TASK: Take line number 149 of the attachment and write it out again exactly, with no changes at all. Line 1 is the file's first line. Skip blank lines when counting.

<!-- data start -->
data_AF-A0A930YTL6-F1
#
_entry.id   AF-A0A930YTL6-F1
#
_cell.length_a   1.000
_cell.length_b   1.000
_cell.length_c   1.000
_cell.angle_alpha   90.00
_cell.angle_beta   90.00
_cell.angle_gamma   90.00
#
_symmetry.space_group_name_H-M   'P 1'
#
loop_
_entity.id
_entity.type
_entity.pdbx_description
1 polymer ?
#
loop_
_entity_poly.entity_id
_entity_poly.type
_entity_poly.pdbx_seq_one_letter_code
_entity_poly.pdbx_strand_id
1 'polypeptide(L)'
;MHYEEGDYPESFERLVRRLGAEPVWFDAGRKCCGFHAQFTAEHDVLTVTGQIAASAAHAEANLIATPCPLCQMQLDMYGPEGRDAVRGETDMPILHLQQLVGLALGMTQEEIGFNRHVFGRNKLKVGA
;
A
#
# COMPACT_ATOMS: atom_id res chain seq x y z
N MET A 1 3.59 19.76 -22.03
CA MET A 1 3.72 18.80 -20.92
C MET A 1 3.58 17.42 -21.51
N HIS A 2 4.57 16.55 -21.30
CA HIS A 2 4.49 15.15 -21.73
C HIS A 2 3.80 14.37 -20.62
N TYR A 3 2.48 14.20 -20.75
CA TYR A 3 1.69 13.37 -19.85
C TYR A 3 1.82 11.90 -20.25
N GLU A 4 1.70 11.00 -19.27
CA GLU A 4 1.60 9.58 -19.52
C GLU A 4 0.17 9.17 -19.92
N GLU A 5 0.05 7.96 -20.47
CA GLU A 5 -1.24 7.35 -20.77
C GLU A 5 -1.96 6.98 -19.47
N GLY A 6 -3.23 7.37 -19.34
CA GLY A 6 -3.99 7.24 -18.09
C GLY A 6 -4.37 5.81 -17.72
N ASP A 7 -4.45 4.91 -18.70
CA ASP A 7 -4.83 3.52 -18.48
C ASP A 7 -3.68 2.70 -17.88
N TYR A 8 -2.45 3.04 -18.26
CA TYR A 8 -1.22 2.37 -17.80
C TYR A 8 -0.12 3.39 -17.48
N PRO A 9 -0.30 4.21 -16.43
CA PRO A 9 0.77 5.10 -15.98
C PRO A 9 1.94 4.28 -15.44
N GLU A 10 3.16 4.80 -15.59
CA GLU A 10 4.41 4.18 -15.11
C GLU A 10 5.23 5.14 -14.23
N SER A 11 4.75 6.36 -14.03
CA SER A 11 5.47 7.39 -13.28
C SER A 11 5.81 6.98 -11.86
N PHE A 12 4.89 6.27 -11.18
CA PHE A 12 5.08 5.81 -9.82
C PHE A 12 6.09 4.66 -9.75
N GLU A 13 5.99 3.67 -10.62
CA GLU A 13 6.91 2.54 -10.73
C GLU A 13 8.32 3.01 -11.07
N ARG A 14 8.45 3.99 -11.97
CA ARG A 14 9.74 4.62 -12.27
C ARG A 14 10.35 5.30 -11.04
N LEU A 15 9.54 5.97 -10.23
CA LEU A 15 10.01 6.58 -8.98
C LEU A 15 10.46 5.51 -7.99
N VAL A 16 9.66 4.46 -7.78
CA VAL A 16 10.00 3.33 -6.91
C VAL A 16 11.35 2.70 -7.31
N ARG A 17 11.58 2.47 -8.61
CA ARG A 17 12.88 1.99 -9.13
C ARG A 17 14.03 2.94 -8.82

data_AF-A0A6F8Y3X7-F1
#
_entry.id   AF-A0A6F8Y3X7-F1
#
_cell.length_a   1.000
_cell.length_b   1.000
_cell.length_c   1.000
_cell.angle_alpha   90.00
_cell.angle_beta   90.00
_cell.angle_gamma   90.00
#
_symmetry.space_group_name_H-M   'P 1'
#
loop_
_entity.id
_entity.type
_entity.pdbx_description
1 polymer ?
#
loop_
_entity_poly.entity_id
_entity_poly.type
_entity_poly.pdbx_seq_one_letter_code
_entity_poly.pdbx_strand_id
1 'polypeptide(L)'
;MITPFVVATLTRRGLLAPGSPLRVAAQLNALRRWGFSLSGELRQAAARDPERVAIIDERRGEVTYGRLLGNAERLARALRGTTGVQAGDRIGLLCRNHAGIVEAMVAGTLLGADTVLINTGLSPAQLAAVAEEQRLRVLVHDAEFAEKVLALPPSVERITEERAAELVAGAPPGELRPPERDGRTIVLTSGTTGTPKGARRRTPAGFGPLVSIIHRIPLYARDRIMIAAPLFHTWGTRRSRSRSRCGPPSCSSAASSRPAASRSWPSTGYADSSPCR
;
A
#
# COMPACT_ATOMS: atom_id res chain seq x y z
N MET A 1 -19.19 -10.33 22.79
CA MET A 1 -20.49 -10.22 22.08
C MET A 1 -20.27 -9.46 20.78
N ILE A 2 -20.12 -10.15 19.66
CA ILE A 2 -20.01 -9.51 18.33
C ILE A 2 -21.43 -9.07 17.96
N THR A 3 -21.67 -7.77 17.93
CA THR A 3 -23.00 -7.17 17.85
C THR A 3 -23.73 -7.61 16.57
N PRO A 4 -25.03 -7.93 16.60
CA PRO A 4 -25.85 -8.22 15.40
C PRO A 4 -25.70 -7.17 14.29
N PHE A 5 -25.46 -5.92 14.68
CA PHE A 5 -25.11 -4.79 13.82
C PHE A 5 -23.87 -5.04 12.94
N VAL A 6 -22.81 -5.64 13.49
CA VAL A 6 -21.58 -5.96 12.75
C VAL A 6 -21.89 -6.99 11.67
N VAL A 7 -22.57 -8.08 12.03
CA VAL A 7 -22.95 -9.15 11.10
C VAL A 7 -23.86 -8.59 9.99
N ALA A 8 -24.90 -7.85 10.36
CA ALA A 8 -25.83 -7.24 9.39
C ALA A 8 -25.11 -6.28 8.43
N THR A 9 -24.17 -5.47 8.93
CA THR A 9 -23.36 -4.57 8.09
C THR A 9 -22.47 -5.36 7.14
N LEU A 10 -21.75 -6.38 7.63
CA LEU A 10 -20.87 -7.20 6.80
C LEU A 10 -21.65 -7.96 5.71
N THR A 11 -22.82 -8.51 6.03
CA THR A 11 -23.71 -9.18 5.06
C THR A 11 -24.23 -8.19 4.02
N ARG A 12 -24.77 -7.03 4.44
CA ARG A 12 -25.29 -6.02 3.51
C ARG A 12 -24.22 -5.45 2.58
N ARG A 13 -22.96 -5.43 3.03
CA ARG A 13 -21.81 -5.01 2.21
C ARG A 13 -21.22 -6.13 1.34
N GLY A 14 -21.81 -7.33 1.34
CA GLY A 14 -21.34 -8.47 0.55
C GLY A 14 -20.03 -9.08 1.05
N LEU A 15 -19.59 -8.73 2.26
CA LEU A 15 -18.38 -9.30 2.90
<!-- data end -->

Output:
CA ARG A 13 -21.81 -5.01 2.21